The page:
slaughter more than 12,000 pounds per week.
“2. That the rate of compensation of the shochtim shall be one-half cent per pound on all kosher-killed poultry in the City of New York, which shall be paid weekly by the employer.
“3. That each shochet employed in a wholesale market shall be guaranteed by the employer a minimum compensation of $45 per week.
“4. That each shochet employed in a retail market shall be guaranteed by the employer a minimum compensation of $35 per week.
“5. That due to the Jewish holidays intervening, this decision will take effect Monday, October 8, 1934.
“6. That in the meantime . . . a shochet shall not slaughter more than 12,000 pounds of poultry per week.
“7. That as soon as convenient and before October 8 contracts be executed among the slaughterhouse operators and the shochtim embodying the provisions contained in this decision as well as the terms and conditions of the present contracts . . .
RABBIS TO SUPERVISE
“8. That each poultry market engaged in slaughtering and selling kosher poultry shall have rabbinic supervision under the Kashruth Association of Greater New York.
“a That each wholesale market shall be supervised by a rabbi and at least one mashgiach (religious supervisor) as will be designated by the Kashruth Association . . .
“b That each retail market shall likewise have adequate rabbinic supervision as will be determined by the Kashruth Association.
“9. That all kosher-slaughtered poultry offered for sale shall have affixed thereto a plumba (tag) signifying that it is kosher, the same to be placed thereon by a mashgiach. The plumba shall be supplied by the Kashruth Association . . .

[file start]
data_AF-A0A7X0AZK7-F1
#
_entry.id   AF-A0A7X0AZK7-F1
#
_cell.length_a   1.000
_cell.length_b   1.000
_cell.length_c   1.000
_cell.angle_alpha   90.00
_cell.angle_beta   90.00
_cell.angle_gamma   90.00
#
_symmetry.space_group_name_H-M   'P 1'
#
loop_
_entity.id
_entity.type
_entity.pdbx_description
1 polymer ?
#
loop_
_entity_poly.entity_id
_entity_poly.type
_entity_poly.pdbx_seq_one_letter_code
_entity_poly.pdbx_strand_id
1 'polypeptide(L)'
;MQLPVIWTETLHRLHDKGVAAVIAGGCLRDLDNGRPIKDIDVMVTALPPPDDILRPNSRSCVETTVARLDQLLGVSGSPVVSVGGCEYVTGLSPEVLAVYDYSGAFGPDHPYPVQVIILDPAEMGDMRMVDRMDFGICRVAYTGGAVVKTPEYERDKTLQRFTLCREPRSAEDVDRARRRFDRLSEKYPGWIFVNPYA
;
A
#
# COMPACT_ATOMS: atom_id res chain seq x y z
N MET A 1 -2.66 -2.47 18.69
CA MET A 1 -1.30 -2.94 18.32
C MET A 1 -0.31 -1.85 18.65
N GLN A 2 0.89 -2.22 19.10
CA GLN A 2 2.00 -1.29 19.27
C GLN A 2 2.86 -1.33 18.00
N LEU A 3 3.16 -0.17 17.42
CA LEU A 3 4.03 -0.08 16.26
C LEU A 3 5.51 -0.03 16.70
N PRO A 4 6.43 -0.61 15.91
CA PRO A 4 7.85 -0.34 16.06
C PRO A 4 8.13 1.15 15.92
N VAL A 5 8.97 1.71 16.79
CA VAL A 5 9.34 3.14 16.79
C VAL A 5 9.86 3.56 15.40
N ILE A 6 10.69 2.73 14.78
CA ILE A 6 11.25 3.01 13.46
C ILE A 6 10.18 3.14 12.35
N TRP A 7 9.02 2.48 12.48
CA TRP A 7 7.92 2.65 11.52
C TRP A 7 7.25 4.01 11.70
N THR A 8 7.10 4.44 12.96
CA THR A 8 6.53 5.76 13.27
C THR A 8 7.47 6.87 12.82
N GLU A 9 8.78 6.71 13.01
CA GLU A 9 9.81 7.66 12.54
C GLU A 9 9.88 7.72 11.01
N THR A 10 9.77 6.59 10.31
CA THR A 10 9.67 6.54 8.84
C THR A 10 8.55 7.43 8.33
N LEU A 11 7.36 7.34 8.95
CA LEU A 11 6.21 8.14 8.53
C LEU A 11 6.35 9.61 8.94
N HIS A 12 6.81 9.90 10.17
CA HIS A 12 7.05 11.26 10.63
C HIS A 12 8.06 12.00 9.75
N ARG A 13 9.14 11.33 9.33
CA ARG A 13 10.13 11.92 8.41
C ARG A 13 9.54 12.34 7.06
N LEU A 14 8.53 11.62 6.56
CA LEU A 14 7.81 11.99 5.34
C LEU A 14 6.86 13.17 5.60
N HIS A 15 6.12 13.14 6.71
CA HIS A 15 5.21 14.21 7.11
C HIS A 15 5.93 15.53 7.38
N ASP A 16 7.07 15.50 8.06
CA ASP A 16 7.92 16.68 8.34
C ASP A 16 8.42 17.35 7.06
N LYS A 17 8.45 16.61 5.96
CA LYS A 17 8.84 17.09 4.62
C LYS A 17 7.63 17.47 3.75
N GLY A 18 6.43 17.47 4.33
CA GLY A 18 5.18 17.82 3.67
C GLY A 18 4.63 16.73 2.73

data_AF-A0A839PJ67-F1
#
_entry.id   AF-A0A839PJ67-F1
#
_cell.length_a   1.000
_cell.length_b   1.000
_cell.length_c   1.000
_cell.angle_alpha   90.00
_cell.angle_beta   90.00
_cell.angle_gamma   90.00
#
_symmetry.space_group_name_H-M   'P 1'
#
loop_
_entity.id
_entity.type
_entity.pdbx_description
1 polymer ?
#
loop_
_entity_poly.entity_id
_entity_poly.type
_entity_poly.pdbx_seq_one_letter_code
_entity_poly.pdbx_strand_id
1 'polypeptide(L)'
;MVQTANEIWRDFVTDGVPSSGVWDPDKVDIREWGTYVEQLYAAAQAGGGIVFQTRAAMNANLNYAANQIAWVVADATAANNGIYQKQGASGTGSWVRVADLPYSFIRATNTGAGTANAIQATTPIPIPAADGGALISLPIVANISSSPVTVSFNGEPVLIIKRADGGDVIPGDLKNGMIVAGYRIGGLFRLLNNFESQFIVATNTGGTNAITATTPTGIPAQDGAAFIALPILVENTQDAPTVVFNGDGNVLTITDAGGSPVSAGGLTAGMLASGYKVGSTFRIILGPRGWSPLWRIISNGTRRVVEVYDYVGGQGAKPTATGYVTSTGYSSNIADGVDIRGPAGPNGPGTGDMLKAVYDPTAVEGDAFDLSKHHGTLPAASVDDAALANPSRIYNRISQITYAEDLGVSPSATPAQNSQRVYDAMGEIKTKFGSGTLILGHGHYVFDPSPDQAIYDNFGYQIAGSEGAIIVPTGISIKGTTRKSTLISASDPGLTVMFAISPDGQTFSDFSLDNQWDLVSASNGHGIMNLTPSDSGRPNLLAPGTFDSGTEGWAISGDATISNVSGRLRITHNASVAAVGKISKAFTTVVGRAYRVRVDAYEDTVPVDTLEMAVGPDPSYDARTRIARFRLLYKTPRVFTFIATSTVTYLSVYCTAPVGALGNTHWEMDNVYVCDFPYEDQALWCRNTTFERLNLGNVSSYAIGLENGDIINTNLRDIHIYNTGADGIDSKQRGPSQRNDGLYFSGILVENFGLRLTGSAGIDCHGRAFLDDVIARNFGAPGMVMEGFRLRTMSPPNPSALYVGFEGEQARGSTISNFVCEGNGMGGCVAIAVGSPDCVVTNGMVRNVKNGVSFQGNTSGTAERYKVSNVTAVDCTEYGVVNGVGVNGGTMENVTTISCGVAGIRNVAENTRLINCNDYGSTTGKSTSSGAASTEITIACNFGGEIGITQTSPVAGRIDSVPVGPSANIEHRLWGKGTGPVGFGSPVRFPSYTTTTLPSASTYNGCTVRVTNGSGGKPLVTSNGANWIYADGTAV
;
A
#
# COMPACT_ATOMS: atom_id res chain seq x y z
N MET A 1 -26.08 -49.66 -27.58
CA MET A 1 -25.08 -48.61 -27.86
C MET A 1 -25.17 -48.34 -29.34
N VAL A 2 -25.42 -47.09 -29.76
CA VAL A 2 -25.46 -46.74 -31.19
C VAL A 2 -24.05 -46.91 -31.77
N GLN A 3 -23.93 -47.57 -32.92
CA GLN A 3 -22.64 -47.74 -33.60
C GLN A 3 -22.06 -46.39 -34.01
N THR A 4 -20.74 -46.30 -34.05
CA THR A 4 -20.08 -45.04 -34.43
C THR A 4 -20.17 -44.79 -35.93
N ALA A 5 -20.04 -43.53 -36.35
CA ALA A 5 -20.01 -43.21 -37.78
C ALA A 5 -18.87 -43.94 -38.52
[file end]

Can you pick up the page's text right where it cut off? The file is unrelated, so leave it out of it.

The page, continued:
“10. That to defray cost of supervision the poultry market proprietors shall pay weekly to the Kashruth Association at the rate of one cent per fowl.
TO TAKE EFFECT OCT. 8
“11. That due to the Jewish holidays intervening, this decision will take effect Monday, October 8, and in the meantime the markets shall be supervised by rabbis.”
Rabbi Nachman Ebin, representing the association, offered the services of its rabbis to supervise the markets gratuitously until Oct. 8.
Arthur Simon, Health Department investigator in charge of kashruth enforcement and adviser to the Mayor on kashruth, was named executive director of the Kashruth Association to direct poultry market supervision.
Louis J. Gribetz, attorney for the shochtim; ‘J. Sidney Bernstein, counsel to the wholesalers; Rabbi Ebin and Rabbi Moses Rosen, representing the Rabbinical Advisory Committee of Fifty, expressed appreciation of Judge Rosalsky’s efforts in behalf of kashruth.
SEE FIGHT BY WHOLESALERS
“What we want to know,” asked Max Winkel, head of the wholesalers delegation, “is whether we will receive plumbas (tags) if we don’t employ union shochtim?”
“We didn’t discuss that,” Judge Rosalsky answered, “we assumed that you would continue employing union shochtim.”
“We have to know that,” Winkel said, “because that’s going to be an important problem to us.”
Spokesmen for the wholesalers have repeatedly declared that they cannot and will not pay the wages called for in Judge Rosalsky’s settlement.
The shochtim expressed themselves as completely satisfied with the decision.